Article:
The Park Police have been warning government officials that they were undermanned for years. Part of the Department of Interior, the Park Police is tasked with protecting the nation’s National Park Service sites, including approximately 600 First Amendment demonstrations annually.

Do you want to join our private family of first responders and supporters?  Get unprecedented access to some of the most powerful stories that the media refuses to show you.  Proceeds get reinvested into having active, retired and wounded officers, their families and supporters tell more of these stories.  Click to check it out.

LET Unity

Since 2001, the agency has seen its manpower reduced by almost one-third, to only 508 officers today. In June 2020, The United States Park Police Labor Committee of the Fraternal Order of Police (FOP) issued a press release pointing out the understaffing problems facing the Park Police when the National Park Service was criticized for not enforcing pandemic social distancing rules at Yellowstone National Park in June:

“As a whole, NPS law enforcement is dangerously understaffed. They do not have the resources required to safely and effectively perform their basic mission. This has been an operational reality for decades. Please be aware that Yellowstone Wildlife Distances are routinely violated with impunity by numerous visitors.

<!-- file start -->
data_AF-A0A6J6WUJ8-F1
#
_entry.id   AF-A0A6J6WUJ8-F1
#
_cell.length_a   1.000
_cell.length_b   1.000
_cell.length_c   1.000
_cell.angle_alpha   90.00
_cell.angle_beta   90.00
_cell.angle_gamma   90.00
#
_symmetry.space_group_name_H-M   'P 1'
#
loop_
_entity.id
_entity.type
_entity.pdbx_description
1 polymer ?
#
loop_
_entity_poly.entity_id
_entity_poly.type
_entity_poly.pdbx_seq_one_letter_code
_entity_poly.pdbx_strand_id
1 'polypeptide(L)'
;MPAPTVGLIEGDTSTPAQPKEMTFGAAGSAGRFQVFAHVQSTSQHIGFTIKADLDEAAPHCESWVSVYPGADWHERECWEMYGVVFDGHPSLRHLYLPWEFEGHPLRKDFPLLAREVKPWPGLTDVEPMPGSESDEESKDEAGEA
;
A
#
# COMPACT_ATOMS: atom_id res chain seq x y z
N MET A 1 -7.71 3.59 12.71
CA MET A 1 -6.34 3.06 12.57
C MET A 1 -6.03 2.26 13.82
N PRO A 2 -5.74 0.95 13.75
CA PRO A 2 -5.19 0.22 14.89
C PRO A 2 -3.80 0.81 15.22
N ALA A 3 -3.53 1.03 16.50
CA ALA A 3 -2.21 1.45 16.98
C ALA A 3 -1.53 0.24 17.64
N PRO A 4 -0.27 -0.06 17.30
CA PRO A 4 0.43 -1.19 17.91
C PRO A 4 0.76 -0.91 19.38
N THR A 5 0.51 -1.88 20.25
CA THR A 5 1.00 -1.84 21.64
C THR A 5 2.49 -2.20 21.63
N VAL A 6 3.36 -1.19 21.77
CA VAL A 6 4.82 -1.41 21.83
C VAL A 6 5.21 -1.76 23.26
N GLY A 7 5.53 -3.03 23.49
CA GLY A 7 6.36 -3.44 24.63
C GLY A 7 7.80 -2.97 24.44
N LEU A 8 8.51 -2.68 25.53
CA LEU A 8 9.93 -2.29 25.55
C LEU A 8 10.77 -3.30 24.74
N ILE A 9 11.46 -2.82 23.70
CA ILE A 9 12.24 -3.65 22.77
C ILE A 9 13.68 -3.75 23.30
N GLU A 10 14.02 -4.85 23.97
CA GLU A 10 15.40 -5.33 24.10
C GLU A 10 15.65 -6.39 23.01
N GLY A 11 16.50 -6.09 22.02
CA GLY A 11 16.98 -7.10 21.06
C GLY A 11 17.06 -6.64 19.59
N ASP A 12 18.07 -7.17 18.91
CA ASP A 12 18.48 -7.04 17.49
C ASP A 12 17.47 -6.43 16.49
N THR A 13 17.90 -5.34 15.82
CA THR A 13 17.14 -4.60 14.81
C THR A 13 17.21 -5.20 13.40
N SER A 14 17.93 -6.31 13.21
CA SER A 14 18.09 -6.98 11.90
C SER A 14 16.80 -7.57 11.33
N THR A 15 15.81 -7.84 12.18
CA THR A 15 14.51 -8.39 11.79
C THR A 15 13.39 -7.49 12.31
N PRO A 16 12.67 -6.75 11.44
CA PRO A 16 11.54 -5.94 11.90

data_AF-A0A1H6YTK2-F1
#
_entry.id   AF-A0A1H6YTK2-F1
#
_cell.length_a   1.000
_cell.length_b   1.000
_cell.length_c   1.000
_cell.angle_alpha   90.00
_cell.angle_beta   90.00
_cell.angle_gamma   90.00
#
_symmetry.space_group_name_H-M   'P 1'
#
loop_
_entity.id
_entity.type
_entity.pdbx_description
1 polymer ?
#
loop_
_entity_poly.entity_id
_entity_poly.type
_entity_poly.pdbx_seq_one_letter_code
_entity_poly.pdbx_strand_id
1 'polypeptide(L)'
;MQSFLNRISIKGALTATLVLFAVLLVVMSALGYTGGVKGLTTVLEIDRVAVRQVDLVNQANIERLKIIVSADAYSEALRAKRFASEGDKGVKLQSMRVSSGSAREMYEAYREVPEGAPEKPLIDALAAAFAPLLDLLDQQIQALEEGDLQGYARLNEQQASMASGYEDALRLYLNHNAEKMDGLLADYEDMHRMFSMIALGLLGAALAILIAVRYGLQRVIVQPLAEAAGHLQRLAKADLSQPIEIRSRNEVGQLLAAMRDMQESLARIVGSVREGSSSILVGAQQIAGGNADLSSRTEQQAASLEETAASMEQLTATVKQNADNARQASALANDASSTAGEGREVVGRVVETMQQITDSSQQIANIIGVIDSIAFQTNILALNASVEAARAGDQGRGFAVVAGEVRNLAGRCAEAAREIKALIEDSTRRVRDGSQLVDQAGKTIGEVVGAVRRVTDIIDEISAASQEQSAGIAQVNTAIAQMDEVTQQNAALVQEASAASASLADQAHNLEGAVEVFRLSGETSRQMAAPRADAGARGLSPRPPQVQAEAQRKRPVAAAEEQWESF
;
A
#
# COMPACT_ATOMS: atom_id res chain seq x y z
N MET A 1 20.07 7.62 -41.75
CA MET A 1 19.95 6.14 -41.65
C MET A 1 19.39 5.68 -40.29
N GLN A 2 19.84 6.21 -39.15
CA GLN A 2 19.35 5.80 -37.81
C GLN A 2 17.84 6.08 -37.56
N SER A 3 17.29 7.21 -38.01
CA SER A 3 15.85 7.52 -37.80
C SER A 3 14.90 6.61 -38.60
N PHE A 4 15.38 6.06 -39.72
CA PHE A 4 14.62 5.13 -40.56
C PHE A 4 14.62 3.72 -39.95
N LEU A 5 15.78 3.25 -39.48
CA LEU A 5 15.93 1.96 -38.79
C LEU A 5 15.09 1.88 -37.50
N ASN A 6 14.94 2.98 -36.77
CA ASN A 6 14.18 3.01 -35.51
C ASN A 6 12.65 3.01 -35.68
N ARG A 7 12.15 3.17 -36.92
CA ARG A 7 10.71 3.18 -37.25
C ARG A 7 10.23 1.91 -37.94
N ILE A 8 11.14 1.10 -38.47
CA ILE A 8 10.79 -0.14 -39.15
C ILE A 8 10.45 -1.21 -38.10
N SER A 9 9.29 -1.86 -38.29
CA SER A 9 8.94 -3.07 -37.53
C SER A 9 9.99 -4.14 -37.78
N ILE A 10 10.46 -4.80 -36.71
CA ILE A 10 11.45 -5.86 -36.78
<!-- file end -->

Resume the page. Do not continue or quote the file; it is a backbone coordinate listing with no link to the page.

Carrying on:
“Social distancing enforcement operations would require drastic changes to visitation procedures. These changes would require hiring significantly more law enforcement and other personnel to operate effectively.”

Buzzfeed News was told by sources inside the Park Police that only 200 officers had been assigned to the planned protest in Washington DC on January 6, despite clear intelligence warnings of over 30,000 attendees with high potential for violence.

The FOP said that understaffing presented significant issues on January 6. Local FOP Vice President Michael Shalton, who is also a veteran Park Police officer, said:

“People were screaming for help on the radio. It sounded like officers were constantly asking for help in certain areas and things were totally out of control.”

Officer Shalton was posted in Virginia during the Capitol attack, but said he was monitoring police radio traffic and heard “pure chaos.”

Despite multiple U.S. Department of Interior Inspector General reports indicating staffing and financial problems at the Park Police, the leadership denies there is an issue. Park Service spokesperson Sgt. Roselyn Norment said: